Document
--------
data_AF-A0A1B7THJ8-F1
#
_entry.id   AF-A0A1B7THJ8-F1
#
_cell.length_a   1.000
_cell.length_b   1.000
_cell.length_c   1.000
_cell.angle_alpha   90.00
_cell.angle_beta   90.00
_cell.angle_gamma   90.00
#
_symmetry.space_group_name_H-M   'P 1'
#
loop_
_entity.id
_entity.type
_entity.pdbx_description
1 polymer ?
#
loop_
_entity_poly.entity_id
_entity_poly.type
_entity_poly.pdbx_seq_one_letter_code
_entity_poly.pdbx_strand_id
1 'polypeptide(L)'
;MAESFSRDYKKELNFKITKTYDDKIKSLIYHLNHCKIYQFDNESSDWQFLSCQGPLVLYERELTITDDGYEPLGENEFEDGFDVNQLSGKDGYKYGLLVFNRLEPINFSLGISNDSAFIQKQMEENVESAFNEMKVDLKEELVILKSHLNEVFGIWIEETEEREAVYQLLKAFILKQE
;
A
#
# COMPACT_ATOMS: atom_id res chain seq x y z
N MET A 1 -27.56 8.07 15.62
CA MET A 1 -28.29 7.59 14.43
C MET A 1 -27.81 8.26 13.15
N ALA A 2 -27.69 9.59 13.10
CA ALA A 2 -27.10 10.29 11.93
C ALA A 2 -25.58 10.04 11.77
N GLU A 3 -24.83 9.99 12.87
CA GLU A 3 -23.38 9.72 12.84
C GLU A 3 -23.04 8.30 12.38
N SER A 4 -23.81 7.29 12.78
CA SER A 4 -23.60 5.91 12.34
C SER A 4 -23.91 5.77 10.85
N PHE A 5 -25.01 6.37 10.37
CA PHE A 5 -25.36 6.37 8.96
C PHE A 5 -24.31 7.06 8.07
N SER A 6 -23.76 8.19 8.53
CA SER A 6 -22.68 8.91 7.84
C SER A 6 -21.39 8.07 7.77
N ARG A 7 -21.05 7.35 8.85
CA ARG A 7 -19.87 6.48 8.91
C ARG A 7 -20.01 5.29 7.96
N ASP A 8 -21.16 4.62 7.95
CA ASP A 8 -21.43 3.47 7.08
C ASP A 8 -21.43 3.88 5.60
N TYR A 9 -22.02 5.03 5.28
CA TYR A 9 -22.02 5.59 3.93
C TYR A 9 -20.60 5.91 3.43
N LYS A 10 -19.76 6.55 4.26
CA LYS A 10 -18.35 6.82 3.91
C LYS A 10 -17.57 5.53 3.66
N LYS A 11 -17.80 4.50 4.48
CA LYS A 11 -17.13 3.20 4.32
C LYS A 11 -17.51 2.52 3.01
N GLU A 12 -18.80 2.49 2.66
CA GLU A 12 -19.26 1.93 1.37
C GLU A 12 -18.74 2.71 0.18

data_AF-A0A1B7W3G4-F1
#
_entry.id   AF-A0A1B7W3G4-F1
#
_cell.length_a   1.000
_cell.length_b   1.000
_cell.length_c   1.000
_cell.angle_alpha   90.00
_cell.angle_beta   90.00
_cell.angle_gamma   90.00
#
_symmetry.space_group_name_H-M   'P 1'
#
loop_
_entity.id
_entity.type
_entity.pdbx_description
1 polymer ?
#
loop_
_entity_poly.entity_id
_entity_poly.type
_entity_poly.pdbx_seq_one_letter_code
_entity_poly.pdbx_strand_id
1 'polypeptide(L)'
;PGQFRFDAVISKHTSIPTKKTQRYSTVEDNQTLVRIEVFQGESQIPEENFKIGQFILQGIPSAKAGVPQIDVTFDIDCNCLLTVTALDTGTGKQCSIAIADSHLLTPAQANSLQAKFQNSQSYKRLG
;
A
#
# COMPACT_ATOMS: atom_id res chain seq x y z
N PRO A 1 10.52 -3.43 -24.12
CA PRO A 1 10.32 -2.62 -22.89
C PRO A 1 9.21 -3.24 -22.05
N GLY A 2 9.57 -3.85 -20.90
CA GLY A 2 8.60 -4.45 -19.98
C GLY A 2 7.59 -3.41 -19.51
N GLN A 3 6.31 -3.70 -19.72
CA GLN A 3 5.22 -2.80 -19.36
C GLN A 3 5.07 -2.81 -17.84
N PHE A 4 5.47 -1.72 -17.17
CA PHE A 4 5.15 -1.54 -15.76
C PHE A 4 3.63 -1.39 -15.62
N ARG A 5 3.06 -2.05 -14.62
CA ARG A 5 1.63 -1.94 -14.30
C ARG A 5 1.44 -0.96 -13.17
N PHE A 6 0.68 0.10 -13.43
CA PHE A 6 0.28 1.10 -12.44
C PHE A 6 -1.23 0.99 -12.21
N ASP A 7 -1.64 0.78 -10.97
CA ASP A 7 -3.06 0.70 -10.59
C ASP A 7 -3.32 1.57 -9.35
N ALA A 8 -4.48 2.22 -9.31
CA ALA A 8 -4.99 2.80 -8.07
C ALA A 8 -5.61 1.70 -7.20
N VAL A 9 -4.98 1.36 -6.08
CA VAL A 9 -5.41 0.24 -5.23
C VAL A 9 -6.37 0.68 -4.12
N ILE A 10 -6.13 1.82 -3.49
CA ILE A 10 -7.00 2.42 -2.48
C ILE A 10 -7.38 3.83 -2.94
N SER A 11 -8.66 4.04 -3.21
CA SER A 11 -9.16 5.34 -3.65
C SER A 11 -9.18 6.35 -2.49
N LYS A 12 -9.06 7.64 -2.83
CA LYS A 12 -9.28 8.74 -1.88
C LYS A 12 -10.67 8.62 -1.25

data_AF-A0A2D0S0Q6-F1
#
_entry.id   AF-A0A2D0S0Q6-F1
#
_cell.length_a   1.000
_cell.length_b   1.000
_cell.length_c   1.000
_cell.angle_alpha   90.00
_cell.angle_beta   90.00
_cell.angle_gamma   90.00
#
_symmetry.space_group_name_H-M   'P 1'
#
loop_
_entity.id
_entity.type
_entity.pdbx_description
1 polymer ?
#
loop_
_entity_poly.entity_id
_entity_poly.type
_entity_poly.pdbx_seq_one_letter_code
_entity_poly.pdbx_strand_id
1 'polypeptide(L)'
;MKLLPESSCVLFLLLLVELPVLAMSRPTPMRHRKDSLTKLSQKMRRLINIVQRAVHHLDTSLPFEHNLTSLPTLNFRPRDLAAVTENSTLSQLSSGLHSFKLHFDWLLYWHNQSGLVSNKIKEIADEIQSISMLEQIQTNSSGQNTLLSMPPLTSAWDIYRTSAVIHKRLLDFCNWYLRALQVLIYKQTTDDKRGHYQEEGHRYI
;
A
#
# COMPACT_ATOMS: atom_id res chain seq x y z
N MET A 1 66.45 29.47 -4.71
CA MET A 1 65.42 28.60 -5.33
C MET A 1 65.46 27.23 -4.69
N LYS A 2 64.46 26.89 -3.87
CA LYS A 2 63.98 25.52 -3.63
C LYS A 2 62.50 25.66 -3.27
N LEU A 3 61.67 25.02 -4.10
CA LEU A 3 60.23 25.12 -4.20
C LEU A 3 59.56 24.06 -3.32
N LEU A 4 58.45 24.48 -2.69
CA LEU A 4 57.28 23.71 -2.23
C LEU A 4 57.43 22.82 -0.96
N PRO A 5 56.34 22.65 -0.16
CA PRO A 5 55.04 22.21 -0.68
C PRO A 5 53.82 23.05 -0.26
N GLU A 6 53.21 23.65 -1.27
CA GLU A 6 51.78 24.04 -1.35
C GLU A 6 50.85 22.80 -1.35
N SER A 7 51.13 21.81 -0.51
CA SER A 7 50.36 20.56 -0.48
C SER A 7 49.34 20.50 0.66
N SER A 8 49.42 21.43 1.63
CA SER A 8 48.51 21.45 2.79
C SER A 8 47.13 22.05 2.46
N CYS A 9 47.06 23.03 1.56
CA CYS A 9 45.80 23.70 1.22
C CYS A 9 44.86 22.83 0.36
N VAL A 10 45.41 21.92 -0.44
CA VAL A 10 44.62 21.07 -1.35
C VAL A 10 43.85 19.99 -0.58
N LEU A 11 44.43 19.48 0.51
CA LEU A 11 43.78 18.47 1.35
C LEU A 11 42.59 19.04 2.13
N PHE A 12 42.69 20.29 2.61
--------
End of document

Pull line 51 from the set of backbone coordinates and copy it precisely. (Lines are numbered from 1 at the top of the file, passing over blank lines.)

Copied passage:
C ARG A 7 -20.01 5.29 7.96